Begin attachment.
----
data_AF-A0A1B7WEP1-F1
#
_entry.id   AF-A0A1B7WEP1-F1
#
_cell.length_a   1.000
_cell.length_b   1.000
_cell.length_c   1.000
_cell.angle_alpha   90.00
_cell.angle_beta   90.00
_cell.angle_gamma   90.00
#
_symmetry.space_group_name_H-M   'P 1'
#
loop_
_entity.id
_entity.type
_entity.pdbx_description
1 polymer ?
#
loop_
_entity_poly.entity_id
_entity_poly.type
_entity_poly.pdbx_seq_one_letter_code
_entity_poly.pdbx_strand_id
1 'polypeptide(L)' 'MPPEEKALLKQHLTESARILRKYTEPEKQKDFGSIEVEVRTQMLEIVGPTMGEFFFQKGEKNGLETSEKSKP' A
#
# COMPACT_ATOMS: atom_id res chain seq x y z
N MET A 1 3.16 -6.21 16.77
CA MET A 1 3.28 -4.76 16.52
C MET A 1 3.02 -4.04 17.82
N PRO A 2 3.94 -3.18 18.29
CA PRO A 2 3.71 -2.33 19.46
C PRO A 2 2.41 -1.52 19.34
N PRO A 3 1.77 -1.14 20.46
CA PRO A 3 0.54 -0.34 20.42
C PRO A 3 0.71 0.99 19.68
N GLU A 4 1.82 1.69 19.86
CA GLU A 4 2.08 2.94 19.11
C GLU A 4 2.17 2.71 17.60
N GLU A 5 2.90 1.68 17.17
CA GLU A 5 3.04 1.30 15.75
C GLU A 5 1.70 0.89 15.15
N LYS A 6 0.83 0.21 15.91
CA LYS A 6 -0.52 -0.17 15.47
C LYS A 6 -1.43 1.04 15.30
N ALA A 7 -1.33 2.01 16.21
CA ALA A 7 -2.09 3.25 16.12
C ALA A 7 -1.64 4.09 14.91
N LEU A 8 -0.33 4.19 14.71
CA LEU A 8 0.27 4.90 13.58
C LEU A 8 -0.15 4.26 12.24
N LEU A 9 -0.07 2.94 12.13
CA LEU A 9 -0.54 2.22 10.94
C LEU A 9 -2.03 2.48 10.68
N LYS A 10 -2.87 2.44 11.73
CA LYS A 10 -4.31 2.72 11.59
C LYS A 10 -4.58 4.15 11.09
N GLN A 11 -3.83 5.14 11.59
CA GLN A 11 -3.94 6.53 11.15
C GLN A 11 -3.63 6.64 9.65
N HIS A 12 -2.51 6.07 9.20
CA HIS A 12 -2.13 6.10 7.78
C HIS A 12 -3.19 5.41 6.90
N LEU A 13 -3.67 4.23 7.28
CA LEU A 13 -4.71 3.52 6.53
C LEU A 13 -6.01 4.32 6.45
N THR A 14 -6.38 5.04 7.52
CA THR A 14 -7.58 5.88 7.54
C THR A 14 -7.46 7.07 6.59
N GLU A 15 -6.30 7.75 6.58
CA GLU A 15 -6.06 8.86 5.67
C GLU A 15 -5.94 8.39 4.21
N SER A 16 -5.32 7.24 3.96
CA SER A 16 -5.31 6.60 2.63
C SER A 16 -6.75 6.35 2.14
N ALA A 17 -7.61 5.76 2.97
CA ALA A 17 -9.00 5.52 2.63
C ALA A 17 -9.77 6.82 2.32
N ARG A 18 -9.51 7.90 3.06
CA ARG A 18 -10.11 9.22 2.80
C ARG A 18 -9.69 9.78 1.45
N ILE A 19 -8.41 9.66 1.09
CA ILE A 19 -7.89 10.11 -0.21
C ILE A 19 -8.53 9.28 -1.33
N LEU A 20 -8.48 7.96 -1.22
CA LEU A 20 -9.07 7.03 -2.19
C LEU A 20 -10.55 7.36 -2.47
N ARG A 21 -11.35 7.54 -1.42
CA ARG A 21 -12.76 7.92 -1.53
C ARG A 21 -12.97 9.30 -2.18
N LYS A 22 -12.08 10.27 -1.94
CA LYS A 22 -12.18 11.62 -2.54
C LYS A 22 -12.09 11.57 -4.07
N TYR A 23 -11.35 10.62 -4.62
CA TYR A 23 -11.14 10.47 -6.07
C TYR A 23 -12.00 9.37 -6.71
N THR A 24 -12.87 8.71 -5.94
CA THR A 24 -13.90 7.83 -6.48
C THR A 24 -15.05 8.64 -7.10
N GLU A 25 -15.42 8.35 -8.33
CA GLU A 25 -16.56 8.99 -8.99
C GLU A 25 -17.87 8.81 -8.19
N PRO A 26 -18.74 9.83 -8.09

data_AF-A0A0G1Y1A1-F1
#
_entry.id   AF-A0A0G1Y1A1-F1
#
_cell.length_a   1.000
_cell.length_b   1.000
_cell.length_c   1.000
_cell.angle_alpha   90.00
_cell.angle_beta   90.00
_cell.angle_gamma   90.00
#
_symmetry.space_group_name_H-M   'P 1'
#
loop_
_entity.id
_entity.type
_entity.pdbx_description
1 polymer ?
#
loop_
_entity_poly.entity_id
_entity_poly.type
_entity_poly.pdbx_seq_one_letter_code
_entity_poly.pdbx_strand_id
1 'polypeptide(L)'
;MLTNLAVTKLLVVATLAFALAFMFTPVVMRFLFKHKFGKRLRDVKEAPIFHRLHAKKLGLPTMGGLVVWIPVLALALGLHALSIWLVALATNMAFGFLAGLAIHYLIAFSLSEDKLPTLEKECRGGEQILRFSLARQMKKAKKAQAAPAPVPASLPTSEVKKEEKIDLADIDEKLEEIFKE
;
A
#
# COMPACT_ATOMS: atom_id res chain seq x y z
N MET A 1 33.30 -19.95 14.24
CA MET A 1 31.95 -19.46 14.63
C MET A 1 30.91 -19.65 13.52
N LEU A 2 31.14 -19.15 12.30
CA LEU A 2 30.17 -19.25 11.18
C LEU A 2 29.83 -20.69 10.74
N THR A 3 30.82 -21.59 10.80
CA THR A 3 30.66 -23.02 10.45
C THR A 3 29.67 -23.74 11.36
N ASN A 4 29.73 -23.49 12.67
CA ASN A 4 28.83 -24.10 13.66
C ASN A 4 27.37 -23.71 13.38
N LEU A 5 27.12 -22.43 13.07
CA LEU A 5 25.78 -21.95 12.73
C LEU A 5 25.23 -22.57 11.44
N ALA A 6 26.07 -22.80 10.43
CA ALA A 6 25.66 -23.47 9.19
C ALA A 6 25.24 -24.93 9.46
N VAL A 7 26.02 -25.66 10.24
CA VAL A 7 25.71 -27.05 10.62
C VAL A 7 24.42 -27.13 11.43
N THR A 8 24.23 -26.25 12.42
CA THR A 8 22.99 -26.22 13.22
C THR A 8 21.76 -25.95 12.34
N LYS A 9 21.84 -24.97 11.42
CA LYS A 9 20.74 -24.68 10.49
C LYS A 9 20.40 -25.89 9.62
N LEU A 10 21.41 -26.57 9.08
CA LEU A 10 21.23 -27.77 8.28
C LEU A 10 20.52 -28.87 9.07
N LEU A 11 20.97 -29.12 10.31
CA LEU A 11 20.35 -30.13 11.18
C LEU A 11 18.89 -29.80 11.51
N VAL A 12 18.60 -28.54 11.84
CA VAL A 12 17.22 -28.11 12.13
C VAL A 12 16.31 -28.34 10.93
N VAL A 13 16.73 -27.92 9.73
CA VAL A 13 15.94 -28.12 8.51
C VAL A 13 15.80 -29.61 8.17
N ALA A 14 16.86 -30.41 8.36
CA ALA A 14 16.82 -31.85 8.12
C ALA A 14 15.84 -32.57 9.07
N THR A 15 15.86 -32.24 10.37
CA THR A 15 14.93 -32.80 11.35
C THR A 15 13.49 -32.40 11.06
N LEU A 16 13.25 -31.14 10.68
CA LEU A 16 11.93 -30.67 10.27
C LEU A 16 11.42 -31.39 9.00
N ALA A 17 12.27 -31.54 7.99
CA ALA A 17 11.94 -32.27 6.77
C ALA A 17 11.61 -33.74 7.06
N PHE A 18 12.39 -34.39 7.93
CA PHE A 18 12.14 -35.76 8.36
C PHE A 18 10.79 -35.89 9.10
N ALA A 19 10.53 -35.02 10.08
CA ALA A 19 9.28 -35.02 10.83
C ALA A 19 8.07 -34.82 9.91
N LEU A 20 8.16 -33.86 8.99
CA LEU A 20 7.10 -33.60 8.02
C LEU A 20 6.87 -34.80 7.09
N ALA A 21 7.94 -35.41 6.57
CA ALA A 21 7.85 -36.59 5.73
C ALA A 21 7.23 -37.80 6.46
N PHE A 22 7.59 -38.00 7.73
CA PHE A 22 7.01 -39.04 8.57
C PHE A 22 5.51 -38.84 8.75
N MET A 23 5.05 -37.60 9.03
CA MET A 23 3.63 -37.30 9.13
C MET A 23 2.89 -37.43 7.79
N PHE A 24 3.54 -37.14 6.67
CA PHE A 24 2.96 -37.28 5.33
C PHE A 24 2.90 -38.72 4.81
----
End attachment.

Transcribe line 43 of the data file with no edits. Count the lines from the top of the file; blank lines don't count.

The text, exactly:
N LYS A 6 0.83 0.21 15.91